Excellent idea from the Prospect. Since Bush is dragging his feet on the issue, run the debates anyway. What's Bush going to do - not show up? Leave Kerry next to an empty podium answering questions for a prime-time audience? Hell, no. Of course, this is the president who's held twelve press conferences during his entire term so far. Maybe Rove knows that a empty podium would be better than President Bush bumbling out answers to questions he hasn't had a chance to rehearse.
Posted by Joseph Nobles at 9/16/2004 07:11:00 PM
Okay, so I'm listening to CNN coverage of Ivan. The reporter is in Gulf Shores, talking about some animals that zookeepers were unable to evacuate - 20 deer and 12 alligators.
The reporter then spends 3 minutes telling us how they're going after the deer. "Oh, yeah, there was one deer, looking really frightened, here just a minute ago. He's running down the street thataway. The keepers are using tranquilizer guns to bring the deer down. Hopefully, they'll be able to get all the deer..."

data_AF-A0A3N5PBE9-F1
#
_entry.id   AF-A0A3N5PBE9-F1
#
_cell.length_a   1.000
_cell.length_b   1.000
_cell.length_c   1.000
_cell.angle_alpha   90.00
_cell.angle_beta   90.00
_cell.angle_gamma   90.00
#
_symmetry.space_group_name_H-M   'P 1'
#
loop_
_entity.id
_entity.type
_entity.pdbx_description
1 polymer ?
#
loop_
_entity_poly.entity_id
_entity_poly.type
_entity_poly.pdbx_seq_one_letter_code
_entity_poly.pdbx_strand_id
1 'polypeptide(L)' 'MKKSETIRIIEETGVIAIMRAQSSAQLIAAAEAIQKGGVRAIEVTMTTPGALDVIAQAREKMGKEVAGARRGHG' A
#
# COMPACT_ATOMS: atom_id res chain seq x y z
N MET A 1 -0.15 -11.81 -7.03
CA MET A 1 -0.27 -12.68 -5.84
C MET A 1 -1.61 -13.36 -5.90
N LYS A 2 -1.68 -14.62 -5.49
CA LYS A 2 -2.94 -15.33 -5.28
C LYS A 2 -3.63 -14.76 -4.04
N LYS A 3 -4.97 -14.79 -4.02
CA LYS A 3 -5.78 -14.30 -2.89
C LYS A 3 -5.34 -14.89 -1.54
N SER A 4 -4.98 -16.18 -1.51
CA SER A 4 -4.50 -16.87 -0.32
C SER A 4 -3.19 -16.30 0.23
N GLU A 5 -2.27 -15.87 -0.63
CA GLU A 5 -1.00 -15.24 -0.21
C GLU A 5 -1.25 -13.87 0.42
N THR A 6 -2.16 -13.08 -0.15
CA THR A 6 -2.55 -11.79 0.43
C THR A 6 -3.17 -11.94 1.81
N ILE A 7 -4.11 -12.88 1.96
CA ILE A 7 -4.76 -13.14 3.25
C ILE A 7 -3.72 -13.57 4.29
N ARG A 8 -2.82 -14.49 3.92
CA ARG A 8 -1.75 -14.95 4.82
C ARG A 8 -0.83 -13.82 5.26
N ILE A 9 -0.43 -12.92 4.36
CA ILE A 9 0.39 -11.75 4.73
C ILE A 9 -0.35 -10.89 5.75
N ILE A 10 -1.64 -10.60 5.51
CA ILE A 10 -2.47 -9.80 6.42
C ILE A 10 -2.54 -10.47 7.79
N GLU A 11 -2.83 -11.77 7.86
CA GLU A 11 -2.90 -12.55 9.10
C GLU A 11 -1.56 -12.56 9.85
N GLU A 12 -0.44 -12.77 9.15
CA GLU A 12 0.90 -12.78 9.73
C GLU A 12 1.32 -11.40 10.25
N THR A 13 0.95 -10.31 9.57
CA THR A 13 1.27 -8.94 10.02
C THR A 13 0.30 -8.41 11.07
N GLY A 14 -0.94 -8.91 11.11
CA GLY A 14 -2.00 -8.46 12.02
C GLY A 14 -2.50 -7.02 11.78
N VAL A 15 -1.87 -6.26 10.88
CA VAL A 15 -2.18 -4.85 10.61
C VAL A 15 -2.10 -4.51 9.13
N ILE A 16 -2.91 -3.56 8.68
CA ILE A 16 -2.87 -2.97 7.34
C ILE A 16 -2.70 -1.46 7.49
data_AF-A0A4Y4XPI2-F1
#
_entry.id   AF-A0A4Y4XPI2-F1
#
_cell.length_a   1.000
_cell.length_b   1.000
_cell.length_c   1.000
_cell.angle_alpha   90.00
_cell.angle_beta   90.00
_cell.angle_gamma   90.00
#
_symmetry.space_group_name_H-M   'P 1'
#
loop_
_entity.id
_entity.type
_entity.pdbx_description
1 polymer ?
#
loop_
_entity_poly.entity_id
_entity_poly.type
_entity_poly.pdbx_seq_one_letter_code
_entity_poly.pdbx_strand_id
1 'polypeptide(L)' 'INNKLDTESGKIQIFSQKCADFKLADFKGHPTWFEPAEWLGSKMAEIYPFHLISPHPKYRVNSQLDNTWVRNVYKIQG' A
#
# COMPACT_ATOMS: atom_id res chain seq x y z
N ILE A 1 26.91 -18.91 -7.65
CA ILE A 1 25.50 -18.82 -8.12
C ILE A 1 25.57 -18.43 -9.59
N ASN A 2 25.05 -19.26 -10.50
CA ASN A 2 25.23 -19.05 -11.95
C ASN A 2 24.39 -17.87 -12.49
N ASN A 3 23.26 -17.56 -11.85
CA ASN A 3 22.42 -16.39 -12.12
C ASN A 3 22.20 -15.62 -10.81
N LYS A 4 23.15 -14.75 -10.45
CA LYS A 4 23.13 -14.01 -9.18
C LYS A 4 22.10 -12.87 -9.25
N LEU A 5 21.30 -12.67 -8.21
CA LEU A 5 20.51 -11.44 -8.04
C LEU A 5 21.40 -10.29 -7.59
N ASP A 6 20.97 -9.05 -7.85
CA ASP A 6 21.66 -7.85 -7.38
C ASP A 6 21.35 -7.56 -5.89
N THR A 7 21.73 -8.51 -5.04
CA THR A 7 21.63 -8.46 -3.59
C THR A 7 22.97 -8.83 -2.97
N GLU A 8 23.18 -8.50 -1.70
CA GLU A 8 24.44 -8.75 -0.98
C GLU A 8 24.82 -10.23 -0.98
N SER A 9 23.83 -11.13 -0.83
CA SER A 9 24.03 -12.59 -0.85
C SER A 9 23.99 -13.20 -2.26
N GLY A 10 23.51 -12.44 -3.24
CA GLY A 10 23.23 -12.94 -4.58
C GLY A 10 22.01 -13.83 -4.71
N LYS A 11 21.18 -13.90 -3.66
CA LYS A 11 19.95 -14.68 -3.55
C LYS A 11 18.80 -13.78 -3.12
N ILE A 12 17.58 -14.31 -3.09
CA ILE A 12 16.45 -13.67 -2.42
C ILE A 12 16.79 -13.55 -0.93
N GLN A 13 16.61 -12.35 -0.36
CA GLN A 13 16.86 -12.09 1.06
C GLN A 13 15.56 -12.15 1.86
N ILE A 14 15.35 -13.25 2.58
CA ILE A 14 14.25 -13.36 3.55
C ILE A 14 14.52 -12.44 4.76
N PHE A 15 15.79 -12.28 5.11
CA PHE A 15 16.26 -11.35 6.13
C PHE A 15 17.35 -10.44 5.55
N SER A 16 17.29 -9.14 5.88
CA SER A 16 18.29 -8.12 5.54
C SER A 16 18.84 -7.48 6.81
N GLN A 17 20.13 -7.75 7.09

Dude. 20 deer loose in Alabama isn't a problem. Lay out a salt lick. What about the FREAKING ALLIGATORS!!!!!
Wanna know why that deer was looking frightened? 'Cause there's alligators loose! Jeez Louise.
Oh, so he gets to the alligators, which the keepers are shooting to kill, he assures us. There are six unaccounted for, including Chuckie. Chuckie is twelve feet long and weighs over half a ton. Reporter Guy tells us that the tourists love Chuckie.
Not as much as Chuckie loves them...
Posted by Joseph Nobles at 9/16/2004 01:23:00 PM
Only those with big bladders need apply for the White House beat. For the past year, the 20 or so correspondents toiling in the basement of the press room in the West Wing have been fighting to keep their toilet. "We've been using that toilet since Jimmy Carter was president," said Associated Press Radio correspondent Mark Smith. But after some trouble with the commode last year, the General Services Administration announced it was flushing the troublesome fixture.Jimmy Carter giveth, but Bush taketh away.